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Research Papers: Flows in Complex Systems

Numerical Investigation of Crossflow Separation on the A-Pillar of a Passenger Car

[+] Author and Article Information
Sabine Bonitz

Vehicle Engineering and Autonomous Systems,
Department of Mechanics and
Maritime Sciences,
Chalmers University of Technology,
Gothenburg 41296, Sweden
e-mail: sabine.bonitz@chalmers.se

Lars Larsson

Professor
Marine Technology,
Department of Mechanics and
Maritime Sciences,
Chalmers University of Technology,
Gothenburg 41296, Sweden
e-mail: lars.larsson@chalmers.se

Lennart Löfdahl

Professor
Vehicle Engineering and Autonomous Systems,
Department of Mechanics and
Maritime Sciences,
Chalmers University of Technology,
Gothenburg 41296, Sweden

Simone Sebben

Vehicle Engineering and Autonomous Systems,
Department of Mechanics and
Maritime Sciences,
Chalmers University of Technology,
Gothenburg 41296, Sweden

Contributed by the Fluids Engineering Division of ASME for publication in the JOURNAL OF FLUIDS ENGINEERING. Manuscript received October 24, 2017; final manuscript received April 18, 2018; published online June 4, 2018. Assoc. Editor: Ning Zhang.

J. Fluids Eng 140(11), 111105 (Jun 04, 2018) (9 pages) Paper No: FE-17-1684; doi: 10.1115/1.4040107 History: Received October 24, 2017; Revised April 18, 2018

The flow around passenger cars is characterized by many different separation structures, typically leading to vortices and areas of reversed flow. The flow phenomena in these patches show a strong interaction and the evolution of flow structures is difficult to understand from a physical point of view. Analyzing surface properties, such as pressure, vorticity, or shear stress, helps to identify different phenomena, but still it is not well understood how these are created. This paper investigates the crossflow separation (CFS) on the A-pillar of a passenger car using numerical simulations. It is discussed how the CFS and the resulting A-pillar vortex can be identified as well as how it is created. Additionally, the vortex strength is determined by its circulation to understand and discuss how the vortex preserves until it merges with the rear wake of the vehicle.

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Figures

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Fig. 1

Types of singular points—node, focus, and saddle point

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Fig. 2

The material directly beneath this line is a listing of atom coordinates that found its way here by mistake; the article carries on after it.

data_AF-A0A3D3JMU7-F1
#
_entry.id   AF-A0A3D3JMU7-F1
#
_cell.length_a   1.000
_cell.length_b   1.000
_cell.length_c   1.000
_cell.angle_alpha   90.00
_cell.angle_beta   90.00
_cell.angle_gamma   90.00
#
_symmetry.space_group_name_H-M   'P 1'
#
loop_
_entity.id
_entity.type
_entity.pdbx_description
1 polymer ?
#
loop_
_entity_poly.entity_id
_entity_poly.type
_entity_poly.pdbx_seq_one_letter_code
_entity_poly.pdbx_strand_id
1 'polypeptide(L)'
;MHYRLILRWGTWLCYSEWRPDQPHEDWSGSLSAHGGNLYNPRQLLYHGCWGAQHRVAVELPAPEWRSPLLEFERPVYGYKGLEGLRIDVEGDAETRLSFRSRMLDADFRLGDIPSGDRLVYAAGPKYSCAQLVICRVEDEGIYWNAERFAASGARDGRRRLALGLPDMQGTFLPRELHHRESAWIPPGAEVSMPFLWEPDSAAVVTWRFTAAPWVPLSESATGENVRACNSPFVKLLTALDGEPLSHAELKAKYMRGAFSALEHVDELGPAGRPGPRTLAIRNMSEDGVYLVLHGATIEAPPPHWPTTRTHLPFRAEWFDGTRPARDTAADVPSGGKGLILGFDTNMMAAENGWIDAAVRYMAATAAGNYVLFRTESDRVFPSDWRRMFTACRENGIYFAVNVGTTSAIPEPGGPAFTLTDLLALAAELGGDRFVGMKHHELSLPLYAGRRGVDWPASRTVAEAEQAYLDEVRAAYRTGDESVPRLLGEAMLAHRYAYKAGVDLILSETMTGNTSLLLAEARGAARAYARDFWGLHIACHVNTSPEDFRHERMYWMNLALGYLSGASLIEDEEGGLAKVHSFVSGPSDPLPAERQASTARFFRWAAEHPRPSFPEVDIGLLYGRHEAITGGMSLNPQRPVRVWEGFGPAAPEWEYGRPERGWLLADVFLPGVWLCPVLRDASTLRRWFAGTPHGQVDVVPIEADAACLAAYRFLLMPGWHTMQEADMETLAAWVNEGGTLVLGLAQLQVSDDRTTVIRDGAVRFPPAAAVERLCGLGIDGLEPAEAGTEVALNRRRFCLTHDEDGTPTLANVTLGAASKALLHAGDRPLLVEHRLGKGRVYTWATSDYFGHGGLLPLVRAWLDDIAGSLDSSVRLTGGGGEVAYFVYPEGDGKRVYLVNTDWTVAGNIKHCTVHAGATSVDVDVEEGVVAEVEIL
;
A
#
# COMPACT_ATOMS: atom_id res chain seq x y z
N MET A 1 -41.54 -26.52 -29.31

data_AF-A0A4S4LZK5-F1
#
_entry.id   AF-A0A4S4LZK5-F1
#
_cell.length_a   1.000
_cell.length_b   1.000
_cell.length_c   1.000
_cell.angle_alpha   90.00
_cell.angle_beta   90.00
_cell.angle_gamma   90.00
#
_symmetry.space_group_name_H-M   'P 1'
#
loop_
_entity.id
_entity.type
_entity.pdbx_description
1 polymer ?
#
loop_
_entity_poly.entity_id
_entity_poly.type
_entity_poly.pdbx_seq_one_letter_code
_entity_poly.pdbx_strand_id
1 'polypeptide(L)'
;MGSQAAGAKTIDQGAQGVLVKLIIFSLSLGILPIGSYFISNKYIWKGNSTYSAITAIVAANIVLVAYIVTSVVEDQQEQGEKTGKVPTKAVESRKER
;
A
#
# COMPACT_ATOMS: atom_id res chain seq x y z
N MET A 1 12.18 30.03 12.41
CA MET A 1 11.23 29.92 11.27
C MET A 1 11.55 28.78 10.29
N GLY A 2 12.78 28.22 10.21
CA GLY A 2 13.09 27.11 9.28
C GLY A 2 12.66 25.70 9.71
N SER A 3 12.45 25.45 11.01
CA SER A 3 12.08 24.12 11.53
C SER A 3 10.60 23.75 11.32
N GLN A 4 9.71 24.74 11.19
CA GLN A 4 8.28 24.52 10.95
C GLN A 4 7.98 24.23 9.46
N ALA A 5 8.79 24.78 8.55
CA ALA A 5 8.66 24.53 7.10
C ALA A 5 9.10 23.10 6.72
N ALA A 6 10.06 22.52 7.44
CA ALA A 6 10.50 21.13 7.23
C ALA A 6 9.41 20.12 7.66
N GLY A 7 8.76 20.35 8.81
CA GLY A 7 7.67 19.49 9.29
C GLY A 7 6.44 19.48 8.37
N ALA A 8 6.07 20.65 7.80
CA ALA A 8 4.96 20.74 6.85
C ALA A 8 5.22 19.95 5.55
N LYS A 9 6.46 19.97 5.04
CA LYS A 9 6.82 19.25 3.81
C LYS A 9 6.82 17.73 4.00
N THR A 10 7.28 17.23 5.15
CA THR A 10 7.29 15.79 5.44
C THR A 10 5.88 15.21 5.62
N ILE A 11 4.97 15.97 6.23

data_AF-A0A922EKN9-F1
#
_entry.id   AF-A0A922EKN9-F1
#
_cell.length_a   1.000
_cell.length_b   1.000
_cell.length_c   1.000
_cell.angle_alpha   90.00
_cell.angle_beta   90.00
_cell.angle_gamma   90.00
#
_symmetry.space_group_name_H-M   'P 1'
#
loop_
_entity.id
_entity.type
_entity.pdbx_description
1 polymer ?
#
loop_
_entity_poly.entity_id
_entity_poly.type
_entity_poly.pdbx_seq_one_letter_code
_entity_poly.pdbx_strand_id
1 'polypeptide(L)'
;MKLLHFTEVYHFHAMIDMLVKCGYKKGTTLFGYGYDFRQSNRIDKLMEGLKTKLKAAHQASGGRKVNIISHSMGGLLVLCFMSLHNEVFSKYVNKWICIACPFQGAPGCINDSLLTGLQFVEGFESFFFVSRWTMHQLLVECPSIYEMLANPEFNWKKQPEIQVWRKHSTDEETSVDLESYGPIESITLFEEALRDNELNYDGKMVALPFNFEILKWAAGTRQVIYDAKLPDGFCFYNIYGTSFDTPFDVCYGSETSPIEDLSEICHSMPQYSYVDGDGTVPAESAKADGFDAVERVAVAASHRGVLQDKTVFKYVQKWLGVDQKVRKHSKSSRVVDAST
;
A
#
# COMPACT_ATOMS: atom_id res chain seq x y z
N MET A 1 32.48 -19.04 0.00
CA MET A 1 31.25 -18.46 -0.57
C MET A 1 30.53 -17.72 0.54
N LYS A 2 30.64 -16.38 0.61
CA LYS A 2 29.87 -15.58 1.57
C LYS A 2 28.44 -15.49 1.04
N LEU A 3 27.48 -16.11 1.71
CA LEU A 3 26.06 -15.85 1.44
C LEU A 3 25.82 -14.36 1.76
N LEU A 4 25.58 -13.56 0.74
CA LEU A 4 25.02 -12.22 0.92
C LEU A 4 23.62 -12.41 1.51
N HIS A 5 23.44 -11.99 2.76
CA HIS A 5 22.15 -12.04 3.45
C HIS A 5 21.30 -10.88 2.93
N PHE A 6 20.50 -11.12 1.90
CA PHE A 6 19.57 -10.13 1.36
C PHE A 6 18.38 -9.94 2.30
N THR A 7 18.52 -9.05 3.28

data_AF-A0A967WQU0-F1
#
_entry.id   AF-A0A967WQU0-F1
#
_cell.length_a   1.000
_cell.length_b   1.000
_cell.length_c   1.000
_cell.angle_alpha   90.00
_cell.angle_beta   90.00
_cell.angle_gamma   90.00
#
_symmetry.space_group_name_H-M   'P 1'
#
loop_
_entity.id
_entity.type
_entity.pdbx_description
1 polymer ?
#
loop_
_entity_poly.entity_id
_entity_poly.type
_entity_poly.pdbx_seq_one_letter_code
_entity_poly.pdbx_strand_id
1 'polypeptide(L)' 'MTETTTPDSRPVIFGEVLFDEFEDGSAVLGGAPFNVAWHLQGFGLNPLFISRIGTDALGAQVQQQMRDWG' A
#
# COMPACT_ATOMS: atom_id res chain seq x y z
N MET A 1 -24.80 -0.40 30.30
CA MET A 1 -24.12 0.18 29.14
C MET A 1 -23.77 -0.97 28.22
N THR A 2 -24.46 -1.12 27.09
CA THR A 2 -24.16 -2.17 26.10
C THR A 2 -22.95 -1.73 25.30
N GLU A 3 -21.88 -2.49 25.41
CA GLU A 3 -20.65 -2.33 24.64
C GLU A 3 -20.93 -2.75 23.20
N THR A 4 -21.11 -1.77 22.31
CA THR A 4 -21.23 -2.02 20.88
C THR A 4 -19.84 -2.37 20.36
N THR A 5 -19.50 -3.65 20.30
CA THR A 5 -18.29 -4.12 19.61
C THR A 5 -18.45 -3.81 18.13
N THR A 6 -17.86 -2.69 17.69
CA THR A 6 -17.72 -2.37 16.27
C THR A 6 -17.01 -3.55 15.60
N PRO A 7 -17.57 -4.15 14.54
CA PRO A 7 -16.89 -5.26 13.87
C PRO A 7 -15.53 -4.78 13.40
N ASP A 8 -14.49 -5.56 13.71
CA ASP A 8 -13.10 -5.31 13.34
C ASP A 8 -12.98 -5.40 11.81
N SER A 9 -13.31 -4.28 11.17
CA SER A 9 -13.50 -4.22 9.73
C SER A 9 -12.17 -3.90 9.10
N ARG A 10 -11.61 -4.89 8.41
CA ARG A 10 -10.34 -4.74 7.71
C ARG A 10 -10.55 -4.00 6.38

Defined coordinate system and locations of crossplanes used in the discussion

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Fig. 5

Schematic 2D sketch of the vorticity and wall shear stress lines along a crossflow separation

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Fig. 6

Limiting streamlines along the A-pillar; surface colored by vorticity magnitude

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Fig. 4

X-vorticity distribution with limiting streamlines for three different mesh configurations: (a) y > 30, (b) y < 5, and (c) y < 1

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Fig. 3

Refinement boxes around the car

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Fig. 7

Perspective view on four different crossplanes (A, B, C, and H) along and downstream the A-pillar; colored by vorticity magnitude and showing 2D streamlines in the crossplanes

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Fig. 8

A-pillar vortex visualized by the Q criterion isosurface Q = 0 and colored by the x-vorticity

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Fig. 10

x-Vorticity along the A-pillar

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Fig. 13

Three-dimensional streamlines going through the A-pillar vortex in plane G and their upstream and downstream

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Fig. 14

Circulation and area along the A-pillar vortex; position based on normalized vehicle length development

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Fig. 9

Perspective view on four different crossplanes (D, E, F, and G); colored by vorticity magnitude and showing 2D streamlines in the crossplanes

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Fig. 15

Normalized crossflow velocity at the A-pillar in plane C (looking in the downstream direction)

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Fig. 11

Vorticity components along a CFS

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Fig. 12

Schematic 2D sketch of two surface vorticity scenarios: (a) schematic 2D sketch of surface vorticity of equal magnitude and (b) schematic 2D sketch of surface vorticity of unequal magnitude

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